How could the proposed hospital district affect Grays Harbor County Fire District 2, which covers Central Park, Montesano, Brady and parts of the Wishkah and Satsop River valleys?
Fire district officials conducted a meeting Tuesday night, too late for The Vidette’s deadline.
An encore presentation is set for 7 p.m., Wednesday, July 23, at the Brady station, 8 Fire Station Road, Montesano. Representatives from Grays Harbor Community Hospital’s proposed Hospital District 2 and Summit Pacific Medical Center’s Hospital District 1 will be on hand to answer questions.
“We are really addressing the impact on our tax levy” if the fire district is included into the Community Hospital’s new district, said Fire Chief Leonard Johnson. If voters reject it, there is the potential for part of the fire district to be annexed into Summit Pacific’s District 1.
Several taxing district boundaries overlap and could affect the amount of revenue the fire district receives and therefore how much service they can deliver, the chief added.
If the proposal to create Hospital District 2, which would include Grays Harbor Community Hospital, and elect seven hospital commissioners, fails on primary election day Aug. 5, then Summit Pacific plans to file a proposal — to be voted on at the general election on Nov. 4 — that would annex much of the county’s Fire District 2, mainly the Montesano and Brady areas, Johnson said.
Grays Harbor Community’s proposed district boundaries would cover everything west of Hospital District 1’s borders. Summit Pacific would then be prevented from annexing the Montesano-Brady area. At issue is how the pie of regular tax levies is divvied up between the slices of several government entities that often provide essential services to their district. The money is first apportioned to general, city and road levies, and then to so-called junior districts that provide services such as fire districts, parks, libraries and hospitals. Concern has been raised whether a new hospital district will leave enough levy money to go around. Locally, the total amount is capped at $5.90 per $1,000 of assessed property value.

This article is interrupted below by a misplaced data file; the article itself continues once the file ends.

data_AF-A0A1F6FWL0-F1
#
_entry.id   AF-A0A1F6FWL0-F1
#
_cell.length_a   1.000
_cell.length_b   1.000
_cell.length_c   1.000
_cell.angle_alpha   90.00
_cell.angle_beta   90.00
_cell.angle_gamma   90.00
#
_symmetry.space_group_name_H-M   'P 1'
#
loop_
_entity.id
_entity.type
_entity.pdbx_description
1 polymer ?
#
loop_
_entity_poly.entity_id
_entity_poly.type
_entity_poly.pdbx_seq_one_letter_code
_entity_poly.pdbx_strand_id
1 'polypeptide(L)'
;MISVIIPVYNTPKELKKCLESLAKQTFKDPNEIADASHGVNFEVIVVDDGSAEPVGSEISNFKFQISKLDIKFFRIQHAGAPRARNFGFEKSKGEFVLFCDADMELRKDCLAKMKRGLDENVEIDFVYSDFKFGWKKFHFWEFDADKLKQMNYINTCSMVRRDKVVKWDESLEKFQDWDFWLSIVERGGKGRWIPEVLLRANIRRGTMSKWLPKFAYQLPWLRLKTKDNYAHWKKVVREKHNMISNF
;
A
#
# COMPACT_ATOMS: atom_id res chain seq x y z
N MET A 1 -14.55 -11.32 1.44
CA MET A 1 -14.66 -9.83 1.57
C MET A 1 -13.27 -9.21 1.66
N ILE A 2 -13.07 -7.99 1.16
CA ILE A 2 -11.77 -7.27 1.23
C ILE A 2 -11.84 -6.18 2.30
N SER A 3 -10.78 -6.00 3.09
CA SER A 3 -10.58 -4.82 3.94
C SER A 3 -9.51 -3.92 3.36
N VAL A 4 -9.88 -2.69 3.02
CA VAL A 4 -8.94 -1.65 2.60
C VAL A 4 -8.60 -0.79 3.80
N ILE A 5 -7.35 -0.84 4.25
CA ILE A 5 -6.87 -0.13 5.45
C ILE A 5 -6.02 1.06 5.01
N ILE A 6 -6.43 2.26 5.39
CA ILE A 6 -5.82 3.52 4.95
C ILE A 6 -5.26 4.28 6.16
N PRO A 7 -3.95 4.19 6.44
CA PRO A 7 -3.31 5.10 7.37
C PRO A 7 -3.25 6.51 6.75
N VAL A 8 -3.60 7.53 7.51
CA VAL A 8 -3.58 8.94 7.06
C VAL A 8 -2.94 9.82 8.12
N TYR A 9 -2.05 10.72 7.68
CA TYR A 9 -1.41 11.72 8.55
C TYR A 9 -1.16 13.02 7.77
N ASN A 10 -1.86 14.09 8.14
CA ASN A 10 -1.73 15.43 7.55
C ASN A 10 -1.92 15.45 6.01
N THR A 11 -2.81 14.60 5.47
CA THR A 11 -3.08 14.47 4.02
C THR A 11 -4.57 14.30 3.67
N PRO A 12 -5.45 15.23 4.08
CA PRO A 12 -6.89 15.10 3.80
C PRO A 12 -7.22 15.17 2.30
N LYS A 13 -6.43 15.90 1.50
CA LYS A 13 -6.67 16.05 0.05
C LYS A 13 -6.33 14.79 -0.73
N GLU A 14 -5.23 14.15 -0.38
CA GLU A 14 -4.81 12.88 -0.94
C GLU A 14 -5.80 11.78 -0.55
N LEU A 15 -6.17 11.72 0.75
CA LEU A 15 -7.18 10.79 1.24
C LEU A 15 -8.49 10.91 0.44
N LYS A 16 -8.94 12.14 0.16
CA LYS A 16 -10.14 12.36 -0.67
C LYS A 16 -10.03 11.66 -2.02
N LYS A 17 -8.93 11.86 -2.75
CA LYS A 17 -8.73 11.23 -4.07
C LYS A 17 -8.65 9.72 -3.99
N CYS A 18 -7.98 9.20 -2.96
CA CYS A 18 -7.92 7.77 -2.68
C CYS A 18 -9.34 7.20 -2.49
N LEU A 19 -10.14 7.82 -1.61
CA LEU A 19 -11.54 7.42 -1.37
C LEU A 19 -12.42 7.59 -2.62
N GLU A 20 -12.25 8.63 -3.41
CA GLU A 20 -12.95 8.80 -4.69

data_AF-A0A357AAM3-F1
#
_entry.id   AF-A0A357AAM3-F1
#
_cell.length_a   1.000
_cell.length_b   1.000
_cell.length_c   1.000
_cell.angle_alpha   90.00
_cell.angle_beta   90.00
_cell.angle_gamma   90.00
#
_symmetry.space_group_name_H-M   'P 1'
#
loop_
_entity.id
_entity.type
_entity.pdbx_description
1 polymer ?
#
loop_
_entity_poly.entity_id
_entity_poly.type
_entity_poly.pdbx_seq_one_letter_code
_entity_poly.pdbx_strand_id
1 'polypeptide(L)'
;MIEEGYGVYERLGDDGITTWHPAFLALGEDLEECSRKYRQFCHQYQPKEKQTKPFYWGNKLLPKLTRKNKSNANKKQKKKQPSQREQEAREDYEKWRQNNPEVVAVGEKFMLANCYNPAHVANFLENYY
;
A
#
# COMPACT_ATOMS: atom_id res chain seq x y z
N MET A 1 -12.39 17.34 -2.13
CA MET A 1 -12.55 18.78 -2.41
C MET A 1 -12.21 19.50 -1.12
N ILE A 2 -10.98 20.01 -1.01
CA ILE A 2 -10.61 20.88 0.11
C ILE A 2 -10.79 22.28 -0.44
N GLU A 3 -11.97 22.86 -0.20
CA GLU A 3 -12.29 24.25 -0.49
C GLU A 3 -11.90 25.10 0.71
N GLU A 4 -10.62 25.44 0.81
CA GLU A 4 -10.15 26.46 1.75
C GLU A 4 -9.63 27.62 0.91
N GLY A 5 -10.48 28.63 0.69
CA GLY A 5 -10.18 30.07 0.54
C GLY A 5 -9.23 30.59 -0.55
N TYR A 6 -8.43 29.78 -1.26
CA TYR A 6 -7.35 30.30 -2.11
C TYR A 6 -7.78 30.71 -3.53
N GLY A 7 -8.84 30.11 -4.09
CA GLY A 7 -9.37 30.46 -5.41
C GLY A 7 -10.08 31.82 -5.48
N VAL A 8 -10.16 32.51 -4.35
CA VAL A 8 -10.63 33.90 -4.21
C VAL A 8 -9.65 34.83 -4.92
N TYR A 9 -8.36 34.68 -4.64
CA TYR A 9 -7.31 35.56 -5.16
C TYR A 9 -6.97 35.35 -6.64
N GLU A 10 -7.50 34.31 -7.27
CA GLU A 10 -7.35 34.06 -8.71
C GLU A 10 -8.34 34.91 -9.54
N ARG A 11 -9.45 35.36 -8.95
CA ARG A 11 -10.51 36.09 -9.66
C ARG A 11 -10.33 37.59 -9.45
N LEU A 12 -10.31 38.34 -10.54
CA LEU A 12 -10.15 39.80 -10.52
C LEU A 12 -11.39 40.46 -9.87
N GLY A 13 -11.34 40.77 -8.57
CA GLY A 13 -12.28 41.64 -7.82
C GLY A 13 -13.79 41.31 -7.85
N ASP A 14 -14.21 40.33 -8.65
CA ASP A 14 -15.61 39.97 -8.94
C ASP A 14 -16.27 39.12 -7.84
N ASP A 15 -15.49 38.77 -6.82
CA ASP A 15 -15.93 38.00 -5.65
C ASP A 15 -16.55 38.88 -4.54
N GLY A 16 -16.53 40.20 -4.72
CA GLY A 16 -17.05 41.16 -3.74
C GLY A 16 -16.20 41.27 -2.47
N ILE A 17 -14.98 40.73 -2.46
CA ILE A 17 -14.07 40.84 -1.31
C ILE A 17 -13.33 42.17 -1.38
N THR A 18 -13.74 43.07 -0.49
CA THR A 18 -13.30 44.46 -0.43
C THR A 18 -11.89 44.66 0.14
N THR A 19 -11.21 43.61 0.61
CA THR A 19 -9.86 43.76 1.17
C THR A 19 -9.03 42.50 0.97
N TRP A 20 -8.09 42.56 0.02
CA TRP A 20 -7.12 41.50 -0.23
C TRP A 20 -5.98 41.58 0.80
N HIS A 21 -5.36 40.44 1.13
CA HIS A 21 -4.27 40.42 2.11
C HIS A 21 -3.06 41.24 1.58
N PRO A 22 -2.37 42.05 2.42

“We all fit into that $5.90 band,” said Johnson, who has been working with the head of the Community Hospital on contingency plans. He worries that the fire district which is already near its cap, “might actually see a situation where we collect less than we collect today.”
“Chief Johnson is an asset to our community. W e have met numerous times in the recent past and I look forward to continuing to work with him as a public hospital district,” Tom Jensen, CEO of Community Hospital said Friday. Jensen will be at the meetings. The hospital district proposal provides a mechanism where they can “buy back” any levy revenue that might be lost to another district when the district is created, if the new commissioners agree to it, Johnson and hospital spokesman David Quigg agreed.
“We are working together early so that if there is an impact it would be minimal,” Quigg said Friday. The hospital district can raise up to 50 cents per $1,000 in assessed value, but is actually limited to the amount it can raise if one of the overlapping districts has less room than 50 cents to reach the cap of $5.90, Quigg said.